Planned Parenthood Founder: 'Greatest Bringing Children Into the World That Have Disease'

Zachary Leshin | August 31, 2015 | 4:19pm EDT
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Journalist Mike Wallace interviews Planned Parenthood founder

Margaret Sanger in 1957.   (Screenshot/YouTube)


( -- In a 1957 interview with journalist Mike Wallace, eugenicist and Planned Parenthood founder Margaret Sanger said the “greatest sin” was to bring children into the world who “have disease” passed on to them from their parents.

Sanger made her remarks on the Sept. 21, 1957 edition of The Mike Wallace Interview, which aired on ABC.

During the interview, Wallace asked Sanger, “Do you believe in sin? And when I say believe, I don’t mean believe in committing sin -- do you believe there is such a thing as sin?”

Sanger said, “Well, I think the greatest sin in the world is bringing children into the world that have disease from their parents, that have no chance in the world to be a human being practically -- delinquents, prisoners, all sorts of things, just marked when they’re born. That, to me, is the greatest sin that people can commit.”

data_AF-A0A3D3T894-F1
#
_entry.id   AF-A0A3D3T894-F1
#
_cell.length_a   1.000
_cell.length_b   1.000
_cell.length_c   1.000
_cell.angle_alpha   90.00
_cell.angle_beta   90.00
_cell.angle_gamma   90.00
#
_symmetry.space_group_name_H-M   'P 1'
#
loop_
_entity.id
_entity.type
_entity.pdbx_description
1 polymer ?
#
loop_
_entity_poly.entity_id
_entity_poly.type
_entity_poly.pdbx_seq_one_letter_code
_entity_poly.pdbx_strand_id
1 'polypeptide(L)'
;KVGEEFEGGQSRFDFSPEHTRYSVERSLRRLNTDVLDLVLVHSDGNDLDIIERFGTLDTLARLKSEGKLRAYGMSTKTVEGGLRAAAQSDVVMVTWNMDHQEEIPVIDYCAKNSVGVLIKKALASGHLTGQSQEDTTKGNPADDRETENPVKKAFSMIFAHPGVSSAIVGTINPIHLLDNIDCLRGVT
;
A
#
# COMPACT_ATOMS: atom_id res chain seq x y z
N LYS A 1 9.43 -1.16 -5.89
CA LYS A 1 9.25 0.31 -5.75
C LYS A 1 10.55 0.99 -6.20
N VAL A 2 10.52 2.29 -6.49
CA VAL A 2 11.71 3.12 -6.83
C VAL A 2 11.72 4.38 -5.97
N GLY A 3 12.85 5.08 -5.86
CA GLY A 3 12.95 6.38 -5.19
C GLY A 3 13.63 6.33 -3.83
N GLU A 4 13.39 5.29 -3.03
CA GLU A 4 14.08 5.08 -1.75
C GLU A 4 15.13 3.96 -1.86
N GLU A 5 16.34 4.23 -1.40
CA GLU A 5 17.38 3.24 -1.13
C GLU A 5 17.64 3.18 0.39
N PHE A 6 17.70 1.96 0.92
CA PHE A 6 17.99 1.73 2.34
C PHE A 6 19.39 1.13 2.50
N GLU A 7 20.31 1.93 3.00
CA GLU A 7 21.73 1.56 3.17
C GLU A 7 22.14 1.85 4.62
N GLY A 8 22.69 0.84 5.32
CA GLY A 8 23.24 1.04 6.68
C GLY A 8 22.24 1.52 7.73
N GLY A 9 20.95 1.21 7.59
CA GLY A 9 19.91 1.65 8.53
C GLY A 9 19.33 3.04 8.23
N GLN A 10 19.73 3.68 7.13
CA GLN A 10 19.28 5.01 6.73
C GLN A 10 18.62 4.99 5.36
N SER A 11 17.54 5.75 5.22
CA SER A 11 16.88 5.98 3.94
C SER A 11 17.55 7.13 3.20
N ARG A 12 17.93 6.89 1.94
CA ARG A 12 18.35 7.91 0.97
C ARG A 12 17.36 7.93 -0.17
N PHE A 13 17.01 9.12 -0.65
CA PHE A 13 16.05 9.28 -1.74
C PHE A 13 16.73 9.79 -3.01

Margaret Sanger (1879 – 1966), a long-time advocate for artificial birth control who supported eugenics -- selective breeding and sterilization to diminish the so-called inferior races and promote the growth of so-called superior races -- was the founder of the American Birth Control League (ABCL).

The ABCL eventually was merged with another group,  the Birth Control Clinical Research Bureau, in 1939, and was renamed the Planned Parenthood Federation of America (PPFA) in 1942.  In 1952, Sanger helped found the International Planned Parenthood Federation and served as its first president until 1959.

Planned Parenthood is America’s largest abortion provider.  According to its latest annual report, Planned Parenthood performed 327,653 abortions in 2013-14 and the organization received $528.4 million in taxpayer funding through “government health service grants and reimbursements.” 

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